A literature review of student interns’ (often referred to as student teachers or pre-service teachers) efficacy beliefs revealed that most studies have focused on the effects of teacher efficacy on teacher effectiveness and student achievement. However, the role that mentor teachers (often referred to as cooperating teachers or collaborating teachers) play in the growth of efficacy beliefs of student interns has received little attention, and the empirical evidence is insufficient. A teacher’s sense of efficacy has been defined as “the teacher’s belief in his or her capability to organize and execute courses of action required to successfully accomplish a specific teaching task in a particular context” (Tschannen-Moran & Woolfolk Hoy, 1998, p. 233). Teacher efficacy has been correlated with education innovations (Cousins & Walker, 2000), classroom management (Woolfolk, Rosoff, & Hoy, 1990), teaching effort (Allinder, 1994), and commitment to teaching (Coladarci, 1992). According to Erdem & Demirel (2007), the teachers’ sense of efficacy is crucial to manage classroom, organize and teach courses, and motivate and communicate students for learning effectively. Teacher efficacy also has been linked to student motivations (Midgley, Feldlaufer, & Eccles, 1989), academic achievement (Ashton & Webb, 1986; Moore & Esselman, 1992; Ross, 1992; Muijs & Reynolds, 2002), and classroom behavior (Tschannen-Moran & Woolfolk Hoy, 2001).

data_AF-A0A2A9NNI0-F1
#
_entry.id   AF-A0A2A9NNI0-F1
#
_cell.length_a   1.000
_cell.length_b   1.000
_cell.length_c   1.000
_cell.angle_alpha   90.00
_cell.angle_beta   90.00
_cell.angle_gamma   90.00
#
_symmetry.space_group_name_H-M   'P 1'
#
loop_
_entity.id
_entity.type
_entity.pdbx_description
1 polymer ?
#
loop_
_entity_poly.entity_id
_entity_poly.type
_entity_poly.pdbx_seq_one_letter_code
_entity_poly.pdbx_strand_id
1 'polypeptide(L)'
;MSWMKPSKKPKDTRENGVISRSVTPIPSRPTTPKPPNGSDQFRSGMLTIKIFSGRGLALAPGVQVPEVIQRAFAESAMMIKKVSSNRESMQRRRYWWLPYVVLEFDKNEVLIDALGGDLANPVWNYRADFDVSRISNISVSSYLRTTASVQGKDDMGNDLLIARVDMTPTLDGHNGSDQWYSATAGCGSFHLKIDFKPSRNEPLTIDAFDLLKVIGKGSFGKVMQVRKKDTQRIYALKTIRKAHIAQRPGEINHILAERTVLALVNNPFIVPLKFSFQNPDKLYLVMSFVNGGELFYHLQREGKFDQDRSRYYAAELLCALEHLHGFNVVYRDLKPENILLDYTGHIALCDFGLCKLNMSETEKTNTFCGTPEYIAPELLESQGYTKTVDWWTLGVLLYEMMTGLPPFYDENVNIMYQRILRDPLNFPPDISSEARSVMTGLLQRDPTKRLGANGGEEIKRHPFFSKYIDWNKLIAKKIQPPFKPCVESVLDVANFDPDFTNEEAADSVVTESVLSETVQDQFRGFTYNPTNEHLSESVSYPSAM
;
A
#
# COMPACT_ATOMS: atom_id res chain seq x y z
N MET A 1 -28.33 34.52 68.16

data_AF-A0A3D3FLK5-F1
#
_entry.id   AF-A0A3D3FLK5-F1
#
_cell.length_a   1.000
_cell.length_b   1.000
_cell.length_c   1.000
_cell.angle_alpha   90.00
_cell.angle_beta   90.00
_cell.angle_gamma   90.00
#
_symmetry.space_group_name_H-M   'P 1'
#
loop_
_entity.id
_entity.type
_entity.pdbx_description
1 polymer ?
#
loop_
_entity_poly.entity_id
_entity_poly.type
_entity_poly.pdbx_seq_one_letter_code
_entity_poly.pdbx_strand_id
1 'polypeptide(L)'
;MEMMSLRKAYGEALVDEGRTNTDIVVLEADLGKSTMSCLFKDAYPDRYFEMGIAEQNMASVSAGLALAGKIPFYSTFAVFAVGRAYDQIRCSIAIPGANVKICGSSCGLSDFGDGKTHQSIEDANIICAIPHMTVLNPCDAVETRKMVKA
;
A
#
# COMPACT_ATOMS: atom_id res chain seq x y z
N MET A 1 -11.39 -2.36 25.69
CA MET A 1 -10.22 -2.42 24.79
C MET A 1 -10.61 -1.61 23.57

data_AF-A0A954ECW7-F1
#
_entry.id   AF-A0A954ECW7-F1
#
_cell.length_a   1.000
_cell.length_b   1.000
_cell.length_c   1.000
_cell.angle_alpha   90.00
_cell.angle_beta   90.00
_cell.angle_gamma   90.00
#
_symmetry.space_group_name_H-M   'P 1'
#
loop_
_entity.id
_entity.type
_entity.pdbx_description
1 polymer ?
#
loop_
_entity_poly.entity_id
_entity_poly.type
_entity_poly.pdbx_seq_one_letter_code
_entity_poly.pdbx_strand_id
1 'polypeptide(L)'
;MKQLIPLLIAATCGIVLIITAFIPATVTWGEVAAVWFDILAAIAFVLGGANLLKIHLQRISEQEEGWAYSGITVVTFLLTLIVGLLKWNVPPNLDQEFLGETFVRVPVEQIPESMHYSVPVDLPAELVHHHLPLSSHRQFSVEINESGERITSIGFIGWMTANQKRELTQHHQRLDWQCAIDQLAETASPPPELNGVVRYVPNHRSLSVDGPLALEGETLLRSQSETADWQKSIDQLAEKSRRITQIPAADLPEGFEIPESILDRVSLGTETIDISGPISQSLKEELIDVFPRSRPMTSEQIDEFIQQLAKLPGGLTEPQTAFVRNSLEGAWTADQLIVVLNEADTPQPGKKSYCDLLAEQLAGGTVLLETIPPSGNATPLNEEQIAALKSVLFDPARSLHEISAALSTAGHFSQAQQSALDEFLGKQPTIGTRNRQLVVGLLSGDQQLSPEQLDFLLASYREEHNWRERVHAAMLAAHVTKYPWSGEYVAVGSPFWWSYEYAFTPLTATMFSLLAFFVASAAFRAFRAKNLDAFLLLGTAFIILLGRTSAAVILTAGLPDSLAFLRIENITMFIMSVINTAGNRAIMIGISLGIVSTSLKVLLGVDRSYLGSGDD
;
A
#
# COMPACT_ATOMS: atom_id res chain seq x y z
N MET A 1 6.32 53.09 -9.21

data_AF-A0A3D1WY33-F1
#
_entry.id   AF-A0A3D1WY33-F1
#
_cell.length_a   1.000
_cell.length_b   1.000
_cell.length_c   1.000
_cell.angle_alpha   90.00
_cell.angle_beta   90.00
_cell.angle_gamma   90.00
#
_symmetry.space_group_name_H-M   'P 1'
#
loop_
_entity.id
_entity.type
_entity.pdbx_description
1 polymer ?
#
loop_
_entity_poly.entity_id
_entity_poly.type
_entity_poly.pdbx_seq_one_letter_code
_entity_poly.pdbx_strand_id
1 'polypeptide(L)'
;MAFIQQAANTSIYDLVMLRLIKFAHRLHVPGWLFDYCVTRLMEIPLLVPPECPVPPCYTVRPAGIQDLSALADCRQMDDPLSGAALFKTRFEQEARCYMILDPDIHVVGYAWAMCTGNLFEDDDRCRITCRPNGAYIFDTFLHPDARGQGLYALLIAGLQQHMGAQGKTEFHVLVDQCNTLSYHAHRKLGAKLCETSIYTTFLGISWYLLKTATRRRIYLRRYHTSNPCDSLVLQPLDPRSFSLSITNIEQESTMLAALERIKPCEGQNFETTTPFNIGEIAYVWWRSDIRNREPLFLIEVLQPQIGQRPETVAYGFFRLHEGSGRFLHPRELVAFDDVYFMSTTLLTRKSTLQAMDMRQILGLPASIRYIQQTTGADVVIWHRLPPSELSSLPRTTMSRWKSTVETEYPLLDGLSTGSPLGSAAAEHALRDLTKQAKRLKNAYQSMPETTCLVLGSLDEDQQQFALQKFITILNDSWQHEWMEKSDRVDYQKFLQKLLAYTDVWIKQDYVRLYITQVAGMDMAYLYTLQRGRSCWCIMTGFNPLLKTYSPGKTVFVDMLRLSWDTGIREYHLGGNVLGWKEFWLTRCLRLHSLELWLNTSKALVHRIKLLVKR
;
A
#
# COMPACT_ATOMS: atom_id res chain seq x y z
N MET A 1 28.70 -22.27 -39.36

Gong, Tao and Siers, Ron
"Linking Transformational Leadership to Student Teachers’ Efficacy: Contributions of Mentor Teachers’ Leadership Behaviors,"
Academic Leadership Journal: Vol. 9
, Article 37.
Available at: http://scholars.fhsu.edu/alj/vol9/iss1/37